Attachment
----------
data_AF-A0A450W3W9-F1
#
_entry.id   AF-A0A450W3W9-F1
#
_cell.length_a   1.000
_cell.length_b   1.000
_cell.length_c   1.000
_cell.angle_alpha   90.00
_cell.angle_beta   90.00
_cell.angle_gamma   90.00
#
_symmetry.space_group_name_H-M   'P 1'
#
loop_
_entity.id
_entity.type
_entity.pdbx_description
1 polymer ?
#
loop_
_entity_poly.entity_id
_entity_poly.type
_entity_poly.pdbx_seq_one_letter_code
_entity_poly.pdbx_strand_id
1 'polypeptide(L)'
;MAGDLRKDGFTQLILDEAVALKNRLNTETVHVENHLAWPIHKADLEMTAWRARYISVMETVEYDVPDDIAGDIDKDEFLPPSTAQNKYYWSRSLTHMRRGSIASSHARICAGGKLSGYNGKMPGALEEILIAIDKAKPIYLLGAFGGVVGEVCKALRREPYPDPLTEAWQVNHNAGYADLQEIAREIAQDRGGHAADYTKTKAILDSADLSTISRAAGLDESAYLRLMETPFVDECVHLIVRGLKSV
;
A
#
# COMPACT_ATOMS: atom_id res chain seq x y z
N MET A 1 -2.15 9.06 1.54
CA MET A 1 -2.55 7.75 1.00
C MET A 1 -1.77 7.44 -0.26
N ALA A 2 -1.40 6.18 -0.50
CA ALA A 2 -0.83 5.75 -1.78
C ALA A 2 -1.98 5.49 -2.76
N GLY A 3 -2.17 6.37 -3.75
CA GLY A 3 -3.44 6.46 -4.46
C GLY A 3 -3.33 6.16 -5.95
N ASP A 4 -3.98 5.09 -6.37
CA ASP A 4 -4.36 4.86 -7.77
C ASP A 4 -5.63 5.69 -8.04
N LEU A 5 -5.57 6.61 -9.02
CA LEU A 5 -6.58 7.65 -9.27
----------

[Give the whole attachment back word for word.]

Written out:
data_AF-A0A450W3W9-F1
#
_entry.id   AF-A0A450W3W9-F1
#
_cell.length_a   1.000
_cell.length_b   1.000
_cell.length_c   1.000
_cell.angle_alpha   90.00
_cell.angle_beta   90.00
_cell.angle_gamma   90.00
#
_symmetry.space_group_name_H-M   'P 1'
#
loop_
_entity.id
_entity.type
_entity.pdbx_description
1 polymer ?
#
loop_
_entity_poly.entity_id
_entity_poly.type
_entity_poly.pdbx_seq_one_letter_code
_entity_poly.pdbx_strand_id
1 'polypeptide(L)'
;MAGDLRKDGFTQLILDEAVALKNRLNTETVHVENHLAWPIHKADLEMTAWRARYISVMETVEYDVPDDIAGDIDKDEFLPPSTAQNKYYWSRSLTHMRRGSIASSHARICAGGKLSGYNGKMPGALEEILIAIDKAKPIYLLGAFGGVVGEVCKALRREPYPDPLTEAWQVNHNAGYADLQEIAREIAQDRGGHAADYTKTKAILDSADLSTISRAAGLDESAYLRLMETPFVDECVHLIVRGLKSV
;
A
#
# COMPACT_ATOMS: atom_id res chain seq x y z
N MET A 1 -2.15 9.06 1.54
CA MET A 1 -2.55 7.75 1.00
C MET A 1 -1.77 7.44 -0.26
N ALA A 2 -1.40 6.18 -0.50
CA ALA A 2 -0.83 5.75 -1.78
C ALA A 2 -1.98 5.49 -2.76
N GLY A 3 -2.17 6.37 -3.75
CA GLY A 3 -3.44 6.46 -4.46
C GLY A 3 -3.33 6.16 -5.95
N ASP A 4 -3.98 5.09 -6.37
CA ASP A 4 -4.36 4.86 -7.77
C ASP A 4 -5.63 5.69 -8.04
N LEU A 5 -5.57 6.61 -9.02
CA LEU A 5 -6.58 7.65 -9.27